Home / Music / Concert Reviews / Ratt Trap w/ Steel Iron, Ahab’s Ghost and Uhtcearu @ Cactus Club March 4, 2017

Ratt Trap w/ Steel Iron, Ahab’s Ghost and Uhtcearu @ Cactus Club March 4, 2017

Mar. 6, 2017
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The bill of local metal bands could have gone in any direction at the Cactus Club last Saturday night. But it ended in affectionate idiocy.

That isn’t an insult. One of the members of Ratt Trap, his head adorned with an outrageously teased long and tall wig, welcomed an audience peppered with head bangers, air guitarists and leg kickers to their set of “idiot rock.” Is that any way for a musician to respect his band’s repertoire? None of the aforementioned enthusiasts seemed to take offense, though.

And the gusto with which the group plowed into their assortment of ’80s metal, however loosely executed from time to time, was undeniable. Especially so was the commitment of their lead singer. It seemed only incidental that the often silly, sometimes seemingly sexually predatory lyrics were being executed by a woman whose lusty performance and tight, leopard print pants didn’t so much signal provocation of libido as they did acting a part. Whether it was W.A.S.P.’s “Animal (F*ck Like A Beast),” Grim Reaper’s “See You In Hell,” Quiet Riot’s “Metal Health” or, to fulfill the expectations of their name, Ratt’s “Round And Round,” she performed free of the irony her and her bandmates’ sartorial and tonsorial choices belied. And the inclusion of a manager with a smart tan suit and slicked-back hair, akin to a less goofy analogue to the Sleazy P. Martini character associated with more extreme metal parodists Gwar, to announce their encore seals how far Ratt Trap is willing to carry their proficient shtick.

Ratt Trap prove, regardless of their nostalgia and laughs, that before grunge’s ascent cast a pall of depressiveness that haunts much of commercial hard rock to this day, the decadent, if sometimes silly, music preceding it contains some actually smart pop craft and deserves a fonder look back than it’s often given. But the headlining of an act specializing in laughs and nostalgia drew attention away from the admirable diversity offered throughout the rest of the bill. Even then, most of the others have some humor about them.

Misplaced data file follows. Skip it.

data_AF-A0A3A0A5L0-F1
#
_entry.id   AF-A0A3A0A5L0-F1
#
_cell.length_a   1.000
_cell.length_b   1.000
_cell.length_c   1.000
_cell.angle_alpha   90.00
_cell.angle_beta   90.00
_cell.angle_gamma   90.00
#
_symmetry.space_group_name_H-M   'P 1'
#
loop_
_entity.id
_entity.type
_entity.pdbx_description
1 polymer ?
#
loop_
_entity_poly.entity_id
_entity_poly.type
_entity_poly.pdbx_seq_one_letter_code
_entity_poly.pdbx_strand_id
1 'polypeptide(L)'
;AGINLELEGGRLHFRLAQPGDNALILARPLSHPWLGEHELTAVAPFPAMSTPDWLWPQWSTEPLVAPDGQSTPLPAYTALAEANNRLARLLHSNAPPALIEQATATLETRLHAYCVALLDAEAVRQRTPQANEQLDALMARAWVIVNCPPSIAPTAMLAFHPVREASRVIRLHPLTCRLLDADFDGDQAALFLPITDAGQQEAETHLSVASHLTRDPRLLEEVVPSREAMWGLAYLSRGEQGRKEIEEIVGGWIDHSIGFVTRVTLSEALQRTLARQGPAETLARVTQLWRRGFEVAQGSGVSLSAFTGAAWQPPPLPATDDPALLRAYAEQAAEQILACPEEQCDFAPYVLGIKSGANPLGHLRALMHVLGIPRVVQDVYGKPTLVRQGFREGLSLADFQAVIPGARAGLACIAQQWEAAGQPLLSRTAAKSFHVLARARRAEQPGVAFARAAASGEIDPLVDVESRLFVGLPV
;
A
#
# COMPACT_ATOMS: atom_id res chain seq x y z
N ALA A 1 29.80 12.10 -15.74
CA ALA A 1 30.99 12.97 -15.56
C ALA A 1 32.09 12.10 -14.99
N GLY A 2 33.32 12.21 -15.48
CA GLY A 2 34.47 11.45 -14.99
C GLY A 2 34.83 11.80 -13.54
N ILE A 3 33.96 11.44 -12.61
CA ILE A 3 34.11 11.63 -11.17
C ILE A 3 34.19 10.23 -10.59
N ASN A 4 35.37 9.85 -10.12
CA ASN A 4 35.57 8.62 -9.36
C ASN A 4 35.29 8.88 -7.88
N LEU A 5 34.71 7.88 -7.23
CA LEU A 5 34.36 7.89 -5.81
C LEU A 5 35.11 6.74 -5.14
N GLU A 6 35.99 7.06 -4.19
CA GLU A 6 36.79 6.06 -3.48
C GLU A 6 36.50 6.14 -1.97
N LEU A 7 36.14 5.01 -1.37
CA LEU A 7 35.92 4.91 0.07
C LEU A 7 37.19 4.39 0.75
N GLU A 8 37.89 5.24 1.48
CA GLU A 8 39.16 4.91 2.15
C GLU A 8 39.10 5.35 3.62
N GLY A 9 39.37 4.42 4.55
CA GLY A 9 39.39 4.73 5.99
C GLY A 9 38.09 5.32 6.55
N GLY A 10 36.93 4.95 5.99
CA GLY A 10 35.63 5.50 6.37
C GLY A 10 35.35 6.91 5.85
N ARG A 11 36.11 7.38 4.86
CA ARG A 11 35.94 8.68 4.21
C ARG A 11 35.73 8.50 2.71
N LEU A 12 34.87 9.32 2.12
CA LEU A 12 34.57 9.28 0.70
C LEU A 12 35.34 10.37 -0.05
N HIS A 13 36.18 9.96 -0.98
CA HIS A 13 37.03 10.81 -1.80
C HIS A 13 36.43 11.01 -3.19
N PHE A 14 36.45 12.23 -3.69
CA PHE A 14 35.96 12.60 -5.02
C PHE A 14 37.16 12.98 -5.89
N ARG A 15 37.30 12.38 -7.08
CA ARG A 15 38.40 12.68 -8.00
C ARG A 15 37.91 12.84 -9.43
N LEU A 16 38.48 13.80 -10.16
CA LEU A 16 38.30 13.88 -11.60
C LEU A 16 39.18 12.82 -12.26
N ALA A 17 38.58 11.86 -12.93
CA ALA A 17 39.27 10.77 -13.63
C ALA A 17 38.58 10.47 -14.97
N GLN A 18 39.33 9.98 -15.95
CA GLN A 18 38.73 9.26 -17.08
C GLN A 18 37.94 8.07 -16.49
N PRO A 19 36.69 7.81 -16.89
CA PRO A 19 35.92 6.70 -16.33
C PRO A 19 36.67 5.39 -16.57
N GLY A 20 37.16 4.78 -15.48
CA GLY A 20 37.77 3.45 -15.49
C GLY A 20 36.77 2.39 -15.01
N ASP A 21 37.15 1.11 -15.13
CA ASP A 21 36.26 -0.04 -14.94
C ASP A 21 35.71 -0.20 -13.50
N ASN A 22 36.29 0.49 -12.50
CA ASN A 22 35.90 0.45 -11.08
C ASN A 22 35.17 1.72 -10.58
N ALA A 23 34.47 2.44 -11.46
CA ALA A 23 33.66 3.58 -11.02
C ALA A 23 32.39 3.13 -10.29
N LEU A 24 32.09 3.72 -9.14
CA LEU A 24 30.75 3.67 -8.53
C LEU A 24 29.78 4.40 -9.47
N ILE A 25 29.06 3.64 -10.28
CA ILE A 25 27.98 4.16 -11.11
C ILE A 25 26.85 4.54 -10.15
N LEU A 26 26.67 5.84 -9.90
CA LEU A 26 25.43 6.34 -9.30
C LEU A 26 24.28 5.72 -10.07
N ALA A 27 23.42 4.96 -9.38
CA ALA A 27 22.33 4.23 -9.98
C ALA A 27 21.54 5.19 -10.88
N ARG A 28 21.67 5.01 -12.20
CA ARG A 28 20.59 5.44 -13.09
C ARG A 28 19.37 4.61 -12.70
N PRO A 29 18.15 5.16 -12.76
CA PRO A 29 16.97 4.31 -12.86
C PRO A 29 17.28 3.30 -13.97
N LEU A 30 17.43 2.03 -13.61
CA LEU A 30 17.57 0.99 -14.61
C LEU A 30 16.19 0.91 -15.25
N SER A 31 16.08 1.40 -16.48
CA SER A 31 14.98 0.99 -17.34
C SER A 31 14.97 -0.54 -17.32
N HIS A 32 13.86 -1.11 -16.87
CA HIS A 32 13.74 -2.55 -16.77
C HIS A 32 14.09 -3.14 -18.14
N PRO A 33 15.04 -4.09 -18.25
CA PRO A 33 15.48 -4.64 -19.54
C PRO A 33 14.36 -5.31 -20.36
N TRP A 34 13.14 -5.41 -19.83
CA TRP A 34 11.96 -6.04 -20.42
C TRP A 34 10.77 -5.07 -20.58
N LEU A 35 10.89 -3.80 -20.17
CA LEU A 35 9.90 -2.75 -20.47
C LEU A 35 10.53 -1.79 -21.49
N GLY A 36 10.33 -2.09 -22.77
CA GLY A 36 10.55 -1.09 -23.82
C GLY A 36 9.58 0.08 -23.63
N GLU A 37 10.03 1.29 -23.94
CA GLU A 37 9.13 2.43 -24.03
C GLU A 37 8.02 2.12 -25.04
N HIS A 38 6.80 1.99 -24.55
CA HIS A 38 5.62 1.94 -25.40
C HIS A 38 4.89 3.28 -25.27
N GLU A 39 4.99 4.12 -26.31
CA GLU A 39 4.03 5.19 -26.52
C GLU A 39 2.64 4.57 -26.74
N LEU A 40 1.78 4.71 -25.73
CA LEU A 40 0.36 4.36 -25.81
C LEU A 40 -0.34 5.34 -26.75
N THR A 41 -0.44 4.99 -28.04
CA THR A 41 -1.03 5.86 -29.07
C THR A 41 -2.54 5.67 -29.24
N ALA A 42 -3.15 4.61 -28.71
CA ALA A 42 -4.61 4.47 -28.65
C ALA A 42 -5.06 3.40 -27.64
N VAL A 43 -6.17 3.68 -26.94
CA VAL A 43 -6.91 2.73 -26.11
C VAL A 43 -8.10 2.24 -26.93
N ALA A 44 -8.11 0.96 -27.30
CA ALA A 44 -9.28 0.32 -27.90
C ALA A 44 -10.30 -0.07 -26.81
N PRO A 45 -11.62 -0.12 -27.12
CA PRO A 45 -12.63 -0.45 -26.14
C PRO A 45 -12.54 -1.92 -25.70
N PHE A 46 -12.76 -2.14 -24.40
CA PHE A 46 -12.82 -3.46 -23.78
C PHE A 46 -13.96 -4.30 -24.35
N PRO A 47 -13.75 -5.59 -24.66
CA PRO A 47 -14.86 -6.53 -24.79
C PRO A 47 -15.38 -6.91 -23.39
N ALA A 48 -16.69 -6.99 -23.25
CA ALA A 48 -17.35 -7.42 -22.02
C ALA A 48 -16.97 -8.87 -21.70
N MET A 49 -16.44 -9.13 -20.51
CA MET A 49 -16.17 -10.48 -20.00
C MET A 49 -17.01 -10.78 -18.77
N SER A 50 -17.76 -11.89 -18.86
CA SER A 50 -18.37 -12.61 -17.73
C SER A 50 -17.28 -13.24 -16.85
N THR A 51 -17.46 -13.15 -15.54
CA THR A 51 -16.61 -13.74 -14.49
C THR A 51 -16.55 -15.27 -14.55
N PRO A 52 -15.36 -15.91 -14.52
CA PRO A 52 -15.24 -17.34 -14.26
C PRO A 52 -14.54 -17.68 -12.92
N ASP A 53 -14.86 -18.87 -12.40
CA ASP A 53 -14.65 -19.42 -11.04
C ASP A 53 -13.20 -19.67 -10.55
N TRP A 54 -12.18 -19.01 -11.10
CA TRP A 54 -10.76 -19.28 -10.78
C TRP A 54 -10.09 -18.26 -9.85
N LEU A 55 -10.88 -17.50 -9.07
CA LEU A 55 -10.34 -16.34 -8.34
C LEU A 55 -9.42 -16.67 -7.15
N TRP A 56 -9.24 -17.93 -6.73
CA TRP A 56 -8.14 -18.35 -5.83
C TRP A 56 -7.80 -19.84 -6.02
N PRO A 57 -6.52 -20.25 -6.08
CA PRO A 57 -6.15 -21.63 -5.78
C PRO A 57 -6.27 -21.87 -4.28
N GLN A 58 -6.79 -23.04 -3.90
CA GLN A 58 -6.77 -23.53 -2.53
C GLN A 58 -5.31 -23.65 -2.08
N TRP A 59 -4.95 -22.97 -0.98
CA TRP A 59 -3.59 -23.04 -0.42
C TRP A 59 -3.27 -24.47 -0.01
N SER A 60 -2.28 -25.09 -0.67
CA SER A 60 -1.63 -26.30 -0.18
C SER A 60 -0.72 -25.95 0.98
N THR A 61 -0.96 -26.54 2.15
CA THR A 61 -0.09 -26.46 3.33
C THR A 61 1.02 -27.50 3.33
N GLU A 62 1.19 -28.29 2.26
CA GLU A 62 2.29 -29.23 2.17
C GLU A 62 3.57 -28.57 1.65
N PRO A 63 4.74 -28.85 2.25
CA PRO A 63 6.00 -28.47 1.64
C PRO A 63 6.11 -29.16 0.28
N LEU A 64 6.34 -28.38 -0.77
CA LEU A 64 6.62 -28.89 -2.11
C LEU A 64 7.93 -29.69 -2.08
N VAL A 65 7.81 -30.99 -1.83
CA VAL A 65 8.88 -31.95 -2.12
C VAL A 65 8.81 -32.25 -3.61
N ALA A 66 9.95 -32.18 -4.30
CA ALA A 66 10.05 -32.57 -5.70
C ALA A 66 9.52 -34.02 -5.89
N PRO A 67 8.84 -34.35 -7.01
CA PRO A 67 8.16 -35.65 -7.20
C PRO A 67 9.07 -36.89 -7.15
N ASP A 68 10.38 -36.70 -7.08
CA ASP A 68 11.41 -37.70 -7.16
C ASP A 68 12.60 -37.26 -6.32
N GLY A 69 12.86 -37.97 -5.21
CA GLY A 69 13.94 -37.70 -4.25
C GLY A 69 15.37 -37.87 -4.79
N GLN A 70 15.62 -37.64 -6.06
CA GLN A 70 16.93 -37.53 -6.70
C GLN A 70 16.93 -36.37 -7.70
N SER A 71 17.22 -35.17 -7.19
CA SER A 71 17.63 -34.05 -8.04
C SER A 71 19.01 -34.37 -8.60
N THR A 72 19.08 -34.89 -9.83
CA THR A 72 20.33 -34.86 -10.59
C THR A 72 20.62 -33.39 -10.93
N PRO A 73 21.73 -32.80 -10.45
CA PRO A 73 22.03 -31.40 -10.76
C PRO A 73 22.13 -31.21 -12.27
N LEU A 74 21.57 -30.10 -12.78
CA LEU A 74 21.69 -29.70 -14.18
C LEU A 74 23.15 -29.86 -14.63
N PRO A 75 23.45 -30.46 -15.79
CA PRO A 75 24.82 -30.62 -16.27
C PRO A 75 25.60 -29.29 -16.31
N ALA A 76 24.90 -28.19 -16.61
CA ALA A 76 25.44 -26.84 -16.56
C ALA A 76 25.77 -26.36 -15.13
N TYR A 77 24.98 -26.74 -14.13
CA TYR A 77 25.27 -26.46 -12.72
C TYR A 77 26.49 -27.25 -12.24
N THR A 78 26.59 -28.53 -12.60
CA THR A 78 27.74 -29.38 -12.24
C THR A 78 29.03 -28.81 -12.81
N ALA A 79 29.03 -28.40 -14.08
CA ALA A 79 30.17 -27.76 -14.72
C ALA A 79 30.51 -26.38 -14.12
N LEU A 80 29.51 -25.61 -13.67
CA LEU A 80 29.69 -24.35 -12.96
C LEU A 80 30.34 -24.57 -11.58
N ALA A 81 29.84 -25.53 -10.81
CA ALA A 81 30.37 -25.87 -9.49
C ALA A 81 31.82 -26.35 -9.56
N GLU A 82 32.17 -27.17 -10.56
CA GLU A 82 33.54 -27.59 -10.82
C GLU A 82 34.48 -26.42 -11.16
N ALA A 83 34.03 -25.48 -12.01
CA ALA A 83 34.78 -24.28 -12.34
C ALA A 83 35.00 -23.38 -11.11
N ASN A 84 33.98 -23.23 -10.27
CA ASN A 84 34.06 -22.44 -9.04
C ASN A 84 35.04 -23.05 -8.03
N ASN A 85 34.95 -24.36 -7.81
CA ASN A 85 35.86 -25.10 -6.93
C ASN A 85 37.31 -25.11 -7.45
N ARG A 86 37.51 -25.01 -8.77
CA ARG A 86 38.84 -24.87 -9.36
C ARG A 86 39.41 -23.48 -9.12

The very name Steel Iron, for instance, drew chuckles from some when the vocalist for the first band of the night announced it. Band members’ pseudonyms including Alexander von Stradivarius and Dave David Davidson give the impression they’re in it for yuks, too. Their power metal/thrash hybrid (think of a cross breeding of prime Iron Maiden with early Metallica), spoke to a more serious intent, however. A speeding up of Boston's greatest hit, “More Than A Feeling,” and the single on their Bandcamp page, “Spread Eagle (Heart Fly Free),” display ingenuity and perversity that could serve them well in the future.

Ahab’s Ghost were the veterans of the evening, having three EPs to their credit in an eight-year career. The latest of those releases, Wasted Forever, Ferociously Stoned, comes in a cartoon cover featuring The Hulk and The Creature From the Black Lagoon among those improbably assembled in a defiled graveyard full of zombies disinterring themselves. So, yes, more goofiness was a given. Singer/bassist Joe Widen’s archly comic between-song comments, including the assumption that attendees were familiar with the tundra wolf about which he sang, fulfilled that promise. The way the sludgy twang of Widen’s axe often overpowered the trio’s guitar makes for a use of bass at least unique as Primus’ spazzy, angular incorporation of the instrument in their ’90s heyday, too. Any time they’d like to release a full album, it should come as some welcome comic relief.

The opening threesome Uhtcearu were certainly the most “serious” act of the night, as may be expected from musicians who would name their band for an Anglo-Saxon word meaning pre-dawn anxiety or nighttime sorrow. Their often complexly structured black metal is still delivered with more aggression than apparent despair. Vocalizing bassist Zach Ostrowski avoids the Cookie Monster lows and falsetto highs of many of his sub-genre peers with a relatively natural tone for his tales of burning effigies and other physical, emotional and spiritual atrocities. The poetically downer nature of the lyrics was enlivened by guitarist Dustin Studelska’s upwardly pointed fan, creating a breeze to ease whatever sweat accrued from his rapid attack and a dramatic effect on his long, brown hair.

Venues such as Cudahy’s Metal Grill offer this kind of fare on a more regular basis, but it appeared that hard and heavy music was a good draw on this occasion for at least one club in Milwaukee proper.

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